rfc:empty_isset_exprs

RFC: Allow arbitrary expression arguments to empty() and isset()

Summary

This RFC proposes to allow arbitrary expressions as arguments to empty() and isset().

What is the current behavior?

Currently empty() and isset() only accept variables as arguments. Thus it is possible to write empty($foo), but it is not possible to write empty(foo()).

Trying to do so results in this not particularly helpful error message: “Can't use function return value in write context”.

For other expressions (not variables and not function calls) a parse error is thrown.

Why was this behavior chosen in the past?

Using empty() and isset() on a non-variable was disallowed previously, as the main purpose of these language constructs is to suppress an error message in case the passed variable does not exist.

As for function calls (and other expressions) it is already known that the value exists, using empty()/isset() is not necessary and !func()/func() !== null can be used instead.

Why should we change the behavior?

Even though !func() and empty(func()) would behave exactly the same, the latter is more readable in certain contexts. For example if func() is expected to return an array, it feels more natural to verify it's emptiness using empty() instead of !.

Furthermore the current behavior often is unexpected to newbies. empty() and isset() look like functions, so programmers new to PHP expect them to accept any value (in particular function call results).

Patch

The patch is available as a PR on Github: https://github.com/php/php-src/pull/54

Change only empty()?

After further discussion it seems like it might be better to only add expression support for empty(), but not for isset(). The original RFC included isset(), because changing only one of the language constructs seemed inconsistent (as they are so similar).

On the other hand, using isset() on function calls and other expressions doesn't seem particularly useful. isset(someFunction()) is semantically unclear (how can someFunction() not be set?) and could be interpreted as a check whether the function itself exists.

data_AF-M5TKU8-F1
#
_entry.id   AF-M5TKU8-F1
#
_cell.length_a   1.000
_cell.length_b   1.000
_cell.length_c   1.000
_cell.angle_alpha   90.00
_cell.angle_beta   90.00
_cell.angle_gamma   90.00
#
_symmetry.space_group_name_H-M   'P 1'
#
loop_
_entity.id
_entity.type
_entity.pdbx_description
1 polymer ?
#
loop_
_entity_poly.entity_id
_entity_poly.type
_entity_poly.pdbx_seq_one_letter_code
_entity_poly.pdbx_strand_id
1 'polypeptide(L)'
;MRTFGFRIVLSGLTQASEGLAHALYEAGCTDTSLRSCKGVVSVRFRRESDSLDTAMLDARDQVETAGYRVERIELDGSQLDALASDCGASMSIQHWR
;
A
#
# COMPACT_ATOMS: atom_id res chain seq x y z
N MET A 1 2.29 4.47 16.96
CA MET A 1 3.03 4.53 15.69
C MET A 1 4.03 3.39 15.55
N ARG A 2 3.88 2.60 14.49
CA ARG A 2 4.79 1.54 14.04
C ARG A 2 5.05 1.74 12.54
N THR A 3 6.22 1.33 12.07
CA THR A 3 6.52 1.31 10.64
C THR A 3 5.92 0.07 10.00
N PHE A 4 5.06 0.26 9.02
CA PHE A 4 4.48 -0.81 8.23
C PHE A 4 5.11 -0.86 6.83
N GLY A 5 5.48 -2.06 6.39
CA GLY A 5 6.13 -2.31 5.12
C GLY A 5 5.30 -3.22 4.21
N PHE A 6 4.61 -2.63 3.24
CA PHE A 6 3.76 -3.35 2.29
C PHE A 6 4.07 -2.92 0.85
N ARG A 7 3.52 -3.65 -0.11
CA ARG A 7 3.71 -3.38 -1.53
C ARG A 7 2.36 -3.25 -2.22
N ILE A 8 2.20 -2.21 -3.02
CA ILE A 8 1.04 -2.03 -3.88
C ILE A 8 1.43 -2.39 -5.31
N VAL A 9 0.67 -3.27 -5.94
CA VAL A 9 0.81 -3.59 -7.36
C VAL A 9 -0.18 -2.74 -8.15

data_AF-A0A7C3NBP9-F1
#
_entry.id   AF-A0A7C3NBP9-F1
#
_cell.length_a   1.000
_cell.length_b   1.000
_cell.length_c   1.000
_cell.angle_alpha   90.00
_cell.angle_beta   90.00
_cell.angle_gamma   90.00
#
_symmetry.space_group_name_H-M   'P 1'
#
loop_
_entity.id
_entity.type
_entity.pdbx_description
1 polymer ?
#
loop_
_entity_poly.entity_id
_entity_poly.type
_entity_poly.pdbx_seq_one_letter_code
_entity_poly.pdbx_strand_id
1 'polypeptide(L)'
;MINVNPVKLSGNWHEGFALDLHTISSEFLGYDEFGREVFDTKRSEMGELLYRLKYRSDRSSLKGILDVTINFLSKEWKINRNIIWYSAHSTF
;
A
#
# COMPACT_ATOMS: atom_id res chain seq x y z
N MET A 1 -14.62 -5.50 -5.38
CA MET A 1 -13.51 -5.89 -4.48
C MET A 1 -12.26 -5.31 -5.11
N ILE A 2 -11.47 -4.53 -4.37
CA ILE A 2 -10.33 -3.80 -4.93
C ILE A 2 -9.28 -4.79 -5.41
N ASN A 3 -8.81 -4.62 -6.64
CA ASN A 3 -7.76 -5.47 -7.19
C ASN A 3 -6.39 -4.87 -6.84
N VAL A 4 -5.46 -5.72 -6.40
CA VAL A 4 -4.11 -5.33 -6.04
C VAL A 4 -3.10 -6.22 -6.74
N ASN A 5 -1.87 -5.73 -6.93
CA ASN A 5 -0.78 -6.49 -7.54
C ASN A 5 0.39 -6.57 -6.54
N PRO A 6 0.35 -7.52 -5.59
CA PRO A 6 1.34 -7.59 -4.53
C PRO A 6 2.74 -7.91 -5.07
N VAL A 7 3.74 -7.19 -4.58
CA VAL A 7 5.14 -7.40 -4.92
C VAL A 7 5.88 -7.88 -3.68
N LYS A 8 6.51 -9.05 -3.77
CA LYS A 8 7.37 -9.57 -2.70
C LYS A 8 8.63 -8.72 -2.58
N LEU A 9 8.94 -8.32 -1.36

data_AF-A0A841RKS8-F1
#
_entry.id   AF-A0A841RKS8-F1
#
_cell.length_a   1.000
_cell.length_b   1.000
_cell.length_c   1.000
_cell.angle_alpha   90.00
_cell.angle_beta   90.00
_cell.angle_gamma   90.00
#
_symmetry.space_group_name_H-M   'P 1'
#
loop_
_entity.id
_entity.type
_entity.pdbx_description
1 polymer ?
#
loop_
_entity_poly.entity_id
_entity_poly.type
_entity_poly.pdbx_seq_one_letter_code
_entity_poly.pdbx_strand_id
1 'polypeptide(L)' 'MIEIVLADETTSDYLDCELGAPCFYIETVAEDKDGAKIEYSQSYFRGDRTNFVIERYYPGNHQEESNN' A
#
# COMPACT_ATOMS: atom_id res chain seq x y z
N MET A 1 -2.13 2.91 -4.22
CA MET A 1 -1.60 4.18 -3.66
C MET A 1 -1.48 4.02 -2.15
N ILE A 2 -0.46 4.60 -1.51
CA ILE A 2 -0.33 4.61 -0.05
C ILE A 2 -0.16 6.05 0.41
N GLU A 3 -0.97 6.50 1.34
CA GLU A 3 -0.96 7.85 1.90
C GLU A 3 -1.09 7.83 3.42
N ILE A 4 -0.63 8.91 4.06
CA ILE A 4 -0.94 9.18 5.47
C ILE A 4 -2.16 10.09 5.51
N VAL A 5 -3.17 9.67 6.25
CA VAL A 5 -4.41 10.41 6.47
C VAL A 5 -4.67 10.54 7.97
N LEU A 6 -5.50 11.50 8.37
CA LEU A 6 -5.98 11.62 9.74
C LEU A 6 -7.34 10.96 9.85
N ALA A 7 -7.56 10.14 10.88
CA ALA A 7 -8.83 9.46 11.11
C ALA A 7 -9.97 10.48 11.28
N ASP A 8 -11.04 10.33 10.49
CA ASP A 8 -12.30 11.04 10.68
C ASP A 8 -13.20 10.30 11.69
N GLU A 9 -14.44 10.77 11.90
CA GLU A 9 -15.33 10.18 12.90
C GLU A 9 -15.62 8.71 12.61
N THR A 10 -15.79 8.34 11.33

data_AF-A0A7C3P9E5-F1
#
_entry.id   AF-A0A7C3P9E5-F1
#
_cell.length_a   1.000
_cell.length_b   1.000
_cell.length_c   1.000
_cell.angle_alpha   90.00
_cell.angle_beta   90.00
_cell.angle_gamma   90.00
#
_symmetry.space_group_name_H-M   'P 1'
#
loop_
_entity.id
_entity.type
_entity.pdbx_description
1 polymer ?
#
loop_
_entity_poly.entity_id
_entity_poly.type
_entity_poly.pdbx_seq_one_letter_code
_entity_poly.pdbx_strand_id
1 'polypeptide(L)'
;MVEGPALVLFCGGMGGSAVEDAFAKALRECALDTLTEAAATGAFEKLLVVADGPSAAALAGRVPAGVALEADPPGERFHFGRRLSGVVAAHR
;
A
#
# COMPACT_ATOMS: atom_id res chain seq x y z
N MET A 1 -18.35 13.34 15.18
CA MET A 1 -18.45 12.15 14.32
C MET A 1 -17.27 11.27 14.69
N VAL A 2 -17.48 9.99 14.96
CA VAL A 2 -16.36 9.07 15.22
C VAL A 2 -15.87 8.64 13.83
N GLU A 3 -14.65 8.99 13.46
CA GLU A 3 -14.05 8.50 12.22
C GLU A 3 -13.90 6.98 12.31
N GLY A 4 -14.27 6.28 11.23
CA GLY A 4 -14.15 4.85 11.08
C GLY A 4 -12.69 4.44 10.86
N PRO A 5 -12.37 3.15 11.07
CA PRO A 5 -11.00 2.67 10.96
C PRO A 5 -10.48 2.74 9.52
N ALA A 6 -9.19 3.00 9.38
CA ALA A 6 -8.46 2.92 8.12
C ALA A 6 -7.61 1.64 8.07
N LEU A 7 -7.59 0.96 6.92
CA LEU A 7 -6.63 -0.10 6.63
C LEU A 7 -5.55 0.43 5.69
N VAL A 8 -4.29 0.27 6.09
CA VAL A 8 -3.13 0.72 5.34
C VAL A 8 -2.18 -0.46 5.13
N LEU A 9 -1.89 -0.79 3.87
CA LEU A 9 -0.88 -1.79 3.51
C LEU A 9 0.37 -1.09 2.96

Allowing isset() to accept expressions would probably only cause confusion.

Vote

Which of the language constructs should accept arbitrary arguments?
Real name Both empty() and isset() Only empty() None
ab (ab)   
brianlmoon (brianlmoon)   
cataphract (cataphract)   
colder (colder)   
dragoonis (dragoonis)   
drak (drak)   
hholzgra (hholzgra)   
hradtke (hradtke)   
ircmaxell (ircmaxell)   
kassner (kassner)   
lstrojny (lstrojny)   
lynch (lynch)   
mfonda (mfonda)   
mj (mj)   
nikic (nikic)   
pajoye (pajoye)   
patrickallaert (patrickallaert)   
rdohms (rdohms)   
salathe (salathe)   
stas (stas)   
weierophinney (weierophinney)   
Final result: 3 14 4
This poll has been closed.

The previous vote is obsolete and is left here only for reference:

Should empty() and isset() accept arbitrary arguments?
Real name yes no
cataphract (cataphract)  
colder (colder)  
ircmaxell (ircmaxell)  
kassner (kassner)  
kriscraig (kriscraig)  
laruence (laruence)  
mike (mike)  
mj (mj)  
neufeind (neufeind)  
nikic (nikic)  
patrickallaert (patrickallaert)  
salathe (salathe)  
stas (stas)  
tyrael (tyrael)  
Final result: 12 2
This poll has been closed.

Result

The RFC was accepted with the option “Only empty()”. The relevant commit it https://github.com/php/php-src/commit/ec061a93c53c8cde10237741e98e992c1a05d148.

rfc/empty_isset_exprs.txt · Last modified: 2012/05/24 23:06 by nikic